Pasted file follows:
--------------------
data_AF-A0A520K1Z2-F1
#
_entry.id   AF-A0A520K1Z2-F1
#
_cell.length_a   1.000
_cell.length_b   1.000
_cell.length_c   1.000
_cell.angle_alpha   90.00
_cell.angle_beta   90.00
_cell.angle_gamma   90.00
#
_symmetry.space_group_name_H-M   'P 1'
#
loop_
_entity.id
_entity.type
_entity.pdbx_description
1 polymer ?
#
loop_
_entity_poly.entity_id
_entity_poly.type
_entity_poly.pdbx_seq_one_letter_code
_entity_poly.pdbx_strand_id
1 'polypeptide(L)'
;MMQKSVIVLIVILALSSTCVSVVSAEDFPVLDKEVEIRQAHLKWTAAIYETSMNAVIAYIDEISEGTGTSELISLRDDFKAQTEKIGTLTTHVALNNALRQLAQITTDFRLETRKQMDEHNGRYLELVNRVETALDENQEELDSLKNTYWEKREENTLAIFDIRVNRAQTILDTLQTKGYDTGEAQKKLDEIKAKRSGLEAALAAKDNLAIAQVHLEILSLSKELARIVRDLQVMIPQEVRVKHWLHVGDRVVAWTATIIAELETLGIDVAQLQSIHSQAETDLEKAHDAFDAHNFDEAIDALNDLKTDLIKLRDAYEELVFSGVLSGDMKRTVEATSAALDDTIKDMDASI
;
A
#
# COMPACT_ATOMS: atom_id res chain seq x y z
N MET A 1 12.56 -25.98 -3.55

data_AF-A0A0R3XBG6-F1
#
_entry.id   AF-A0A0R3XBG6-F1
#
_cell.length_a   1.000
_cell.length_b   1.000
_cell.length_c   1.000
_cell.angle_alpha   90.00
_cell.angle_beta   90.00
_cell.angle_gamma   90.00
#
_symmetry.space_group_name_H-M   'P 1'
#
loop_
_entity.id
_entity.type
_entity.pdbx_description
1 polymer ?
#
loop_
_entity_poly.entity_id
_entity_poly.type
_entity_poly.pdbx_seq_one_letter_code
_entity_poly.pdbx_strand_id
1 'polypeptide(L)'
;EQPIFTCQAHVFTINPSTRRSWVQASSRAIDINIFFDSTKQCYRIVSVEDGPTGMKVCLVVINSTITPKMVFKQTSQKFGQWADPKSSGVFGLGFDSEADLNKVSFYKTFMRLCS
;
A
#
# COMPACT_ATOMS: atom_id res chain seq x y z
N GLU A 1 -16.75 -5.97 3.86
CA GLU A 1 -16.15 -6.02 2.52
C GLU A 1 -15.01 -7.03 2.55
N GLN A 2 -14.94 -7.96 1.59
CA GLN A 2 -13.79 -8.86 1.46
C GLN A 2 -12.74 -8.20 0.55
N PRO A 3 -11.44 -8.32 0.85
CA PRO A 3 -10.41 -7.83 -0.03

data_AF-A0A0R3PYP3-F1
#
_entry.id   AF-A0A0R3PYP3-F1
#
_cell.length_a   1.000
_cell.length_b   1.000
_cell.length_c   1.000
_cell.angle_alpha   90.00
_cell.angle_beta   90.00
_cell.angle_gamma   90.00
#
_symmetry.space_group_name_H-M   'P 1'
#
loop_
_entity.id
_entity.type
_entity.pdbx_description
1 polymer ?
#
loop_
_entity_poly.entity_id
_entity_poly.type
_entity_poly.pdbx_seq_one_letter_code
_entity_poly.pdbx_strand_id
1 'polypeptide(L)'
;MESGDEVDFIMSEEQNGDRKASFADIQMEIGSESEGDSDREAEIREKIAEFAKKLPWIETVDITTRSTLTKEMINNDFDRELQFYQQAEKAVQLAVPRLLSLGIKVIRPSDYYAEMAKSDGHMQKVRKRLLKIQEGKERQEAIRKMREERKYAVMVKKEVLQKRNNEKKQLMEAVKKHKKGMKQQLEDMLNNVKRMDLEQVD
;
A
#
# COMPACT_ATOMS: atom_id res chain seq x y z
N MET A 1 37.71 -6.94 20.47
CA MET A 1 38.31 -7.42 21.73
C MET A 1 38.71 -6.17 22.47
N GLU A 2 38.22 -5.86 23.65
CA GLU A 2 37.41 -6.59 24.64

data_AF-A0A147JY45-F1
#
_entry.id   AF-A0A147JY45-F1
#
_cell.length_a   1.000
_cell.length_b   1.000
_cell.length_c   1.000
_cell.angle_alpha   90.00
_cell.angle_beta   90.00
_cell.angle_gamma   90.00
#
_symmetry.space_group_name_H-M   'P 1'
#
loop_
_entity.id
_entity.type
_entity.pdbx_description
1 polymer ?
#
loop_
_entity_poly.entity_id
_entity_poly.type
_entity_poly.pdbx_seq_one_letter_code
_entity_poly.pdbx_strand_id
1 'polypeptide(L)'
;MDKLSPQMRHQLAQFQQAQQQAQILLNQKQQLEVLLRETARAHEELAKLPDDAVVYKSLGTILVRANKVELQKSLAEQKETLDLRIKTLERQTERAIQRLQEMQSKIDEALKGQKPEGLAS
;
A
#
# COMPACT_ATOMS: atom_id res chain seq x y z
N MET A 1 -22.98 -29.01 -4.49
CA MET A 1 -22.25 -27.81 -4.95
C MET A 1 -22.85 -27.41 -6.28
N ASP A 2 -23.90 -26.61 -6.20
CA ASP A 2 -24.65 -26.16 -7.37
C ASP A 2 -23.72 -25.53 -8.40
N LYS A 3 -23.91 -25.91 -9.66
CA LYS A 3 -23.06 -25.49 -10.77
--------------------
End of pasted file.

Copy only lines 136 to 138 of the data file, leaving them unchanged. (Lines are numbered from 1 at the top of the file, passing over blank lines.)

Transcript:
CA MET A 1 -22.25 -27.81 -4.95
C MET A 1 -22.85 -27.41 -6.28
N ASP A 2 -23.90 -26.61 -6.20